by Mitch Kokai
Senior Political Analyst, John Locke Foundation
…[T]he individual decision to purchase and carry a gun isn’t rooted in some sort of strange gun fetish or Wild West swagger but rather in the fundamental desire (and right) to protect your loved ones from harm. If arguments for gun control don’t grapple with this reality, then they’re destined to fail. …
… [The Left] simply can’t persuade a rational, reasonable adult who’s experienced a threat that they’re safer without effective means of self-defense. Indeed, the effort to make this case is so often rooted in condescension or ignorance that it’s deeply alienating.
First, there’s an odd argument that it’s somehow illegitimate to make a decision based on “fear.” Or — as one correspondent put it — “fear and paranoia.” This makes no sense. Americans make safety-based decisions all the time. Is it wrong to buckle a seatbelt because that’s a “fear-based” decision? Should you ride a motorcycle without a helmet just to show the world you’re not scared? Reasonable people take precautions in the face of real threats.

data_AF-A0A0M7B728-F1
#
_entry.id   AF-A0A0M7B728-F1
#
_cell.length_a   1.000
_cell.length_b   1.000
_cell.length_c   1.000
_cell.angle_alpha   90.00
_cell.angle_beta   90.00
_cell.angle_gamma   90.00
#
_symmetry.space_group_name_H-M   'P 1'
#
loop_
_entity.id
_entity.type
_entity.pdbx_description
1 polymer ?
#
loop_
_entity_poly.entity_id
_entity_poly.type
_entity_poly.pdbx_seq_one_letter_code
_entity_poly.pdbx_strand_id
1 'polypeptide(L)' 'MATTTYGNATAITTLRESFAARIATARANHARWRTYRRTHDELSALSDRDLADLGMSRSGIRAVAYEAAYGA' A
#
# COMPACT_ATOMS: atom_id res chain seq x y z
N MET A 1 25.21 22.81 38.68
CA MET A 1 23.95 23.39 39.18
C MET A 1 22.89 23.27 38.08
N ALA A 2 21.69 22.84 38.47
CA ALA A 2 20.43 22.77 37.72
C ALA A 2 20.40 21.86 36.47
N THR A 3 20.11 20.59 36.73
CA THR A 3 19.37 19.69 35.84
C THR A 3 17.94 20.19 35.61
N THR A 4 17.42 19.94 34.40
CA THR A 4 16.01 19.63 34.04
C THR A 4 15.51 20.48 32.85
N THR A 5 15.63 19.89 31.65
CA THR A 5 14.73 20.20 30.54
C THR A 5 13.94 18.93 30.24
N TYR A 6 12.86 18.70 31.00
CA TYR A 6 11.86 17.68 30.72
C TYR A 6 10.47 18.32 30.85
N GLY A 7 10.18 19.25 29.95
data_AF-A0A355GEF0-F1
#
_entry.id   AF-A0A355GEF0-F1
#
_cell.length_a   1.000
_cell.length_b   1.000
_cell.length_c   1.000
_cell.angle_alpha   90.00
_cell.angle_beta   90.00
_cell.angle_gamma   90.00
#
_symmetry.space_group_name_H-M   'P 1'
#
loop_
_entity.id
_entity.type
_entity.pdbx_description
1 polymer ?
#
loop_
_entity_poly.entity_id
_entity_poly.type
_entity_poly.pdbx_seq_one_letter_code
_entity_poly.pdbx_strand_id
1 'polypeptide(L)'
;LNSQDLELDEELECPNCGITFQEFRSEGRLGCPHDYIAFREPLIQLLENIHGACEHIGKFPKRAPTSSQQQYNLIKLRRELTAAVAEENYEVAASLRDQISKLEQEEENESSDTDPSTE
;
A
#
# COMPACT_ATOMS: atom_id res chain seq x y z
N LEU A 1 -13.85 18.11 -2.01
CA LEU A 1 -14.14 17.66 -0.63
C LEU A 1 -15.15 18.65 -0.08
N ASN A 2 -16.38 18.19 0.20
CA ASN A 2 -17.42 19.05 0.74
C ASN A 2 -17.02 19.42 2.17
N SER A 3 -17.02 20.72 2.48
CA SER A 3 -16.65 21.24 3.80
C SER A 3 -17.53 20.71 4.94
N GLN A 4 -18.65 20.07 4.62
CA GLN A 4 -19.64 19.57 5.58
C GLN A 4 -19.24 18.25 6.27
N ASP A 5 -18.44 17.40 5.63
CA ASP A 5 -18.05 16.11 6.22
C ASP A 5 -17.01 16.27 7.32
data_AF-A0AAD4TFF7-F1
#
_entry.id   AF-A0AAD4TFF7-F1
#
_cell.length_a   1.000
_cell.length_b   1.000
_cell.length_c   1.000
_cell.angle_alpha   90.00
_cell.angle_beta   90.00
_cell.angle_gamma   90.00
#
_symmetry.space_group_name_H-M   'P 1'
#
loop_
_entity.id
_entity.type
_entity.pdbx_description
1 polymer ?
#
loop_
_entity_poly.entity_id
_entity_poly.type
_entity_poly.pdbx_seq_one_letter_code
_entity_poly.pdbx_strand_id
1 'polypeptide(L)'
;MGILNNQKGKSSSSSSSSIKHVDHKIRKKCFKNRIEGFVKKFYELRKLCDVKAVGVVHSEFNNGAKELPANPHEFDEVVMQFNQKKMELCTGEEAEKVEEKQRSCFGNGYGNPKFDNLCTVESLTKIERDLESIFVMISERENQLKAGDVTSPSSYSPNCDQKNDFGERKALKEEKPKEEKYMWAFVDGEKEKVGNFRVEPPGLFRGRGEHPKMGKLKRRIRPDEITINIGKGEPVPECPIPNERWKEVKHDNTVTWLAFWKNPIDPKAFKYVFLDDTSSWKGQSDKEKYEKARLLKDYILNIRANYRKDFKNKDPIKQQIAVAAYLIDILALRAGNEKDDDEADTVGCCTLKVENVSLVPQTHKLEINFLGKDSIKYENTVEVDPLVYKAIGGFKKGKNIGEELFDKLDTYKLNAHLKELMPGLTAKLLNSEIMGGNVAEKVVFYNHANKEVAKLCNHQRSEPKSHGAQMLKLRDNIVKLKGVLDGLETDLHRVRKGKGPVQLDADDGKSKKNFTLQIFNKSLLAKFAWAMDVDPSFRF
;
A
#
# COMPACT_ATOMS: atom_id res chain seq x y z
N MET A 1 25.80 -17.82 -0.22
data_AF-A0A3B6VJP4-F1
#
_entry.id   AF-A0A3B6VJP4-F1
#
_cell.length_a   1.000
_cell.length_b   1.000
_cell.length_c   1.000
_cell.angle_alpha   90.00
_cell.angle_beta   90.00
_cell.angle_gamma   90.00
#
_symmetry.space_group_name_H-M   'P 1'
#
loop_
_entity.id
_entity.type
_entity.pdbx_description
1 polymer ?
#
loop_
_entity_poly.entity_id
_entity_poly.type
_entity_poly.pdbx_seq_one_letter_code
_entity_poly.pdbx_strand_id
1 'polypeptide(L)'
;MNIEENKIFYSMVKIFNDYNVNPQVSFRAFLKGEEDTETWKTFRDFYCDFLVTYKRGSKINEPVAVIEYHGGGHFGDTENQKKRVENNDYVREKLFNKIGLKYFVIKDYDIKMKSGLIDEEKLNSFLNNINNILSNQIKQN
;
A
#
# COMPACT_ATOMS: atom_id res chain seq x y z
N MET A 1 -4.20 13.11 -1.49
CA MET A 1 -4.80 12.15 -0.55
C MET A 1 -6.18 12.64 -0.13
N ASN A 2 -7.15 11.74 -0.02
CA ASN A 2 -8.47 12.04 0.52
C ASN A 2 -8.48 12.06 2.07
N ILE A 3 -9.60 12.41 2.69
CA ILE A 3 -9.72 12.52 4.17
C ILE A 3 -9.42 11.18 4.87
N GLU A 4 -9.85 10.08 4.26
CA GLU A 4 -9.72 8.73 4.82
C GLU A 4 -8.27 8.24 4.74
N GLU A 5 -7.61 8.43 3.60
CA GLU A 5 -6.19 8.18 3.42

Next, you immediately hear that you’re foolish. That “you’re more likely to hurt yourself than defend yourself.” In other words, the gun is more dangerous to you and your family than it is to any given criminal. But if you’re speaking to a responsible, non-suicidal adult, then this argument is flat-out wrong.